2.24: “The Collaborator”

I…actually kind of like Bareil in this one? There are times when he almost seems to have a personality! I mean, he doesn’t, quite, but almost!

Apparently the original plan actually was for him to become Kai, and they realized at just about the last minute that there wasn’t really much dramatic potential there, compared to having it be someone like Winn, who isn’t nearly as friendly with Our Heroes.

Of course, a person might, if they were feeling a bit petty, remark that there’s very little dramatic potential for just about anything involving Bareil.

(It’s me. That person is me. It’s been a long week and being snide about fictional characters is surprisingly soothing.)

I found the decision to cover up Opaka’s involvement interesting and poignant, the more so because it wasn’t actually the wrong decision — she made a difficult, painful decision, and sacrificed forty people, including her own son, to save a thousand. Hell, that’s straight-up “needs of the many” right there. But it also makes sense that people like Bareil would be protective of her legacy, and it’s interesting that what seems to haunt him is less the lie itself than the fact that it cost Prylar Bek’s life.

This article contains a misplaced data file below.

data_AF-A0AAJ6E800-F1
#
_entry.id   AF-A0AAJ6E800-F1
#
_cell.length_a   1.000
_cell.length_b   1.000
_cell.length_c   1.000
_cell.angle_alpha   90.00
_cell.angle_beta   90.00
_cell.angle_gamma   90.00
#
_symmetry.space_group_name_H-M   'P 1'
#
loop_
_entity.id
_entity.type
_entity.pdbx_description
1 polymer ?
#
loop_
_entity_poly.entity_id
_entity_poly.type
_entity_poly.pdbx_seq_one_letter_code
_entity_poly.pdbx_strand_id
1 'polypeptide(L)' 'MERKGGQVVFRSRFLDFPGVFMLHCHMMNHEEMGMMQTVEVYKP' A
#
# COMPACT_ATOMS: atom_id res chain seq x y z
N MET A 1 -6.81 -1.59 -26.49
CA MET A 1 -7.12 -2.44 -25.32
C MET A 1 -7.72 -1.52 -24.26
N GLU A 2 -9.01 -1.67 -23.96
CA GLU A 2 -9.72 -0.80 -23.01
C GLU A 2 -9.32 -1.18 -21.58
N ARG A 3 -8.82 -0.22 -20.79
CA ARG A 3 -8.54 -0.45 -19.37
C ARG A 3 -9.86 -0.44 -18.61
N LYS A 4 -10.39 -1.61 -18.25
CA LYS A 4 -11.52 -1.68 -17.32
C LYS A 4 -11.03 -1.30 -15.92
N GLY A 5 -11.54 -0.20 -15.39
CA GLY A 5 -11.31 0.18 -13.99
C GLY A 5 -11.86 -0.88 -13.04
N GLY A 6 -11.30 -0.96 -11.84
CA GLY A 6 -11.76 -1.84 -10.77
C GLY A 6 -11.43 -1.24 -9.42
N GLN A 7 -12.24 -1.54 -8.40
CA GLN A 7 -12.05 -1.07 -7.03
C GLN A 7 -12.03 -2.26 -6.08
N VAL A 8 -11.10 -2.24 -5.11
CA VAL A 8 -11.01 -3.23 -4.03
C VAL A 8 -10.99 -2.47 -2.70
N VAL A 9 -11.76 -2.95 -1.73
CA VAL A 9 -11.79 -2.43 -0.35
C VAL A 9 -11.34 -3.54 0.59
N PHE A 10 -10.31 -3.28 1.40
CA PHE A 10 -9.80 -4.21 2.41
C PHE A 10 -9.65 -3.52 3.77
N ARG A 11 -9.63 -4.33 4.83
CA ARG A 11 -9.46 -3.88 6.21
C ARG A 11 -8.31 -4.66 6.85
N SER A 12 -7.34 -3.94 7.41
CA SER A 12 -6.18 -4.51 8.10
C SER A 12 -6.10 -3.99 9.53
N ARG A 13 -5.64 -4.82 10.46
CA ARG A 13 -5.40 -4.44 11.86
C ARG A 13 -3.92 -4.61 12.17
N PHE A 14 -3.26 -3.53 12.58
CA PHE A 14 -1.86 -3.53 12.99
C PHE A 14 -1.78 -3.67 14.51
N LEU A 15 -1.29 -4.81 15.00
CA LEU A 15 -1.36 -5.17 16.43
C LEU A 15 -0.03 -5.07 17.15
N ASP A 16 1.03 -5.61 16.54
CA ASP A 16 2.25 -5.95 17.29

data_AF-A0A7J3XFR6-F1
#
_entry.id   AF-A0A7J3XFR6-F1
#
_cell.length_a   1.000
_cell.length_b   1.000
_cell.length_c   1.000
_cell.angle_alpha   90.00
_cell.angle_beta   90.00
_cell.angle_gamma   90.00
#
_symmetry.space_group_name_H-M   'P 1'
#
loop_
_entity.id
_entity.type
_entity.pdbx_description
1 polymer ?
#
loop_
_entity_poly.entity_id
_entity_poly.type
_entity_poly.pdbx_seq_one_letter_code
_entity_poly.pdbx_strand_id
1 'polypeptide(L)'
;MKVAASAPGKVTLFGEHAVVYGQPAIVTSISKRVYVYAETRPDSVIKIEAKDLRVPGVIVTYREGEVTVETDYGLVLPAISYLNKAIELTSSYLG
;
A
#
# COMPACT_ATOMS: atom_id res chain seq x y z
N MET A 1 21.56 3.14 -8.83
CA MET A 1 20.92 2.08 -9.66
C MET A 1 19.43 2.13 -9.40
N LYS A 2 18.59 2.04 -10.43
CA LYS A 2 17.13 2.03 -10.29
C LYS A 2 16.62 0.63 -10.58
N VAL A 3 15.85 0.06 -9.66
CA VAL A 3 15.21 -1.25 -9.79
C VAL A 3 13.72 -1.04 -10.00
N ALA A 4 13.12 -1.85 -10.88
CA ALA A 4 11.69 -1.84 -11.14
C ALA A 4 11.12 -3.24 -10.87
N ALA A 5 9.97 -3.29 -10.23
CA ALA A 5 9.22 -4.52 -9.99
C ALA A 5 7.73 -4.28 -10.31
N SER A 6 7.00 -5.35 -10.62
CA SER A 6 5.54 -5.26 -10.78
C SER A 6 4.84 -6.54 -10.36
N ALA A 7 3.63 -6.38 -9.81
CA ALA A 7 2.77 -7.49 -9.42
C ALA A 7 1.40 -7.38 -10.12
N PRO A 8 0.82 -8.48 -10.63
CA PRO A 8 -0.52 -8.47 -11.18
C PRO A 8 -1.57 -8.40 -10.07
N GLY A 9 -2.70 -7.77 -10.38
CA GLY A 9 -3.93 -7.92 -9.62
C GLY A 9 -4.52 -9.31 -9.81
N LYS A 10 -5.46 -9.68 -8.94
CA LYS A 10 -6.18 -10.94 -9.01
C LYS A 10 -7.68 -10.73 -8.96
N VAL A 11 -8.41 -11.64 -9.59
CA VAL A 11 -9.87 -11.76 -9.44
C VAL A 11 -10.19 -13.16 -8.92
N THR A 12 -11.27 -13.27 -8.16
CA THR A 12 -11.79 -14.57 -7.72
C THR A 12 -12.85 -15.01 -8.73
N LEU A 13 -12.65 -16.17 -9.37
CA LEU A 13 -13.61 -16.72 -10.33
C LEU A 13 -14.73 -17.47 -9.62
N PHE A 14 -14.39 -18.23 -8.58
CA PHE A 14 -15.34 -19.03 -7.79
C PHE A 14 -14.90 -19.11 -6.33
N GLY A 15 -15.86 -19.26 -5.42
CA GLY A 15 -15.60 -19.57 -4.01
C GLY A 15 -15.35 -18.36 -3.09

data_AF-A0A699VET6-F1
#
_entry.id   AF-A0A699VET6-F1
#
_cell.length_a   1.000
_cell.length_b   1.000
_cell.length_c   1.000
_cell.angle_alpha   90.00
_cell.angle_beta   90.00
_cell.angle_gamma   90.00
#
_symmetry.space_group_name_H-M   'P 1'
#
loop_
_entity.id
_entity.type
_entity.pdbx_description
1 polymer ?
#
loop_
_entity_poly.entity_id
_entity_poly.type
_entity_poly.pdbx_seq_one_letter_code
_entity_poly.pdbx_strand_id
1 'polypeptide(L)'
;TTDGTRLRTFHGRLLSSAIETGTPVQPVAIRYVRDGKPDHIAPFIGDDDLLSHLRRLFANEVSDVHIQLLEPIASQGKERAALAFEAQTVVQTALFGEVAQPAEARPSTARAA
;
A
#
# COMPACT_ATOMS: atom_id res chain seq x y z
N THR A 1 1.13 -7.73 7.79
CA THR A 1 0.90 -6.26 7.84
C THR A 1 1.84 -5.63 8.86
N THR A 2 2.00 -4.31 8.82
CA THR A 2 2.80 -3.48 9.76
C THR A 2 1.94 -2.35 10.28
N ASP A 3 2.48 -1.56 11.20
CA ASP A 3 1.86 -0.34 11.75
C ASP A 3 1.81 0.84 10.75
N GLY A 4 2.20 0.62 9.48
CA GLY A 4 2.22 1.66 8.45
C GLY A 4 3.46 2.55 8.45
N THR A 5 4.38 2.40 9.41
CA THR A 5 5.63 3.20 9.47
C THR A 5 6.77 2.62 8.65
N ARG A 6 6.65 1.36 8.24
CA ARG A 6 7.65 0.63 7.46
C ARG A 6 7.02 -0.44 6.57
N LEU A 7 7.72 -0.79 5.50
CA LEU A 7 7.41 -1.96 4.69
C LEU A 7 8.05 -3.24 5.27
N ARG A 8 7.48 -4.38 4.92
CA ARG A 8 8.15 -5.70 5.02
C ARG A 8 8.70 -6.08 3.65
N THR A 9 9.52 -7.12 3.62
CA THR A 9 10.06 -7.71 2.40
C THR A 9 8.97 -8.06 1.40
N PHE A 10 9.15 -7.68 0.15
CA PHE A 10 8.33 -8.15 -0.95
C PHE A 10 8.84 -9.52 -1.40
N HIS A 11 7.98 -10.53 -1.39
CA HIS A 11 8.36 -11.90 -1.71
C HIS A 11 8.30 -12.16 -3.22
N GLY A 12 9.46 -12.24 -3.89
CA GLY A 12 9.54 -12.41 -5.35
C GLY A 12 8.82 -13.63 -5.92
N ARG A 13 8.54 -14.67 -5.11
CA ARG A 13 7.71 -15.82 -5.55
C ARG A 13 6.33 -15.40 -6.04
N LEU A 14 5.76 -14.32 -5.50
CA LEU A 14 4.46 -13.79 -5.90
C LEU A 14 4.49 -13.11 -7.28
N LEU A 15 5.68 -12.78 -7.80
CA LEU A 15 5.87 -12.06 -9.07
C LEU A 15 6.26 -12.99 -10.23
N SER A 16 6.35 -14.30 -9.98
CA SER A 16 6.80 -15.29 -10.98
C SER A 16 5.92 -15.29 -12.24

Questions of how much one has to do to be considered complicit, how clean one’s hands have to be for one to be considered innocent — or how dirty they have to be in the “right” way for one to be considered righteous — are among the more compelling themes the show deals with. Hell, with successive rewatches, the failure to wrestle with those questions in one character’s case has become my biggest criticism. (More on that later, but I bet y’all can already guess which character.) So I suppose it’s not surprising that an episode where these questions come up with regards to Bareil is also the first — and possibly only — time I really like him as a character.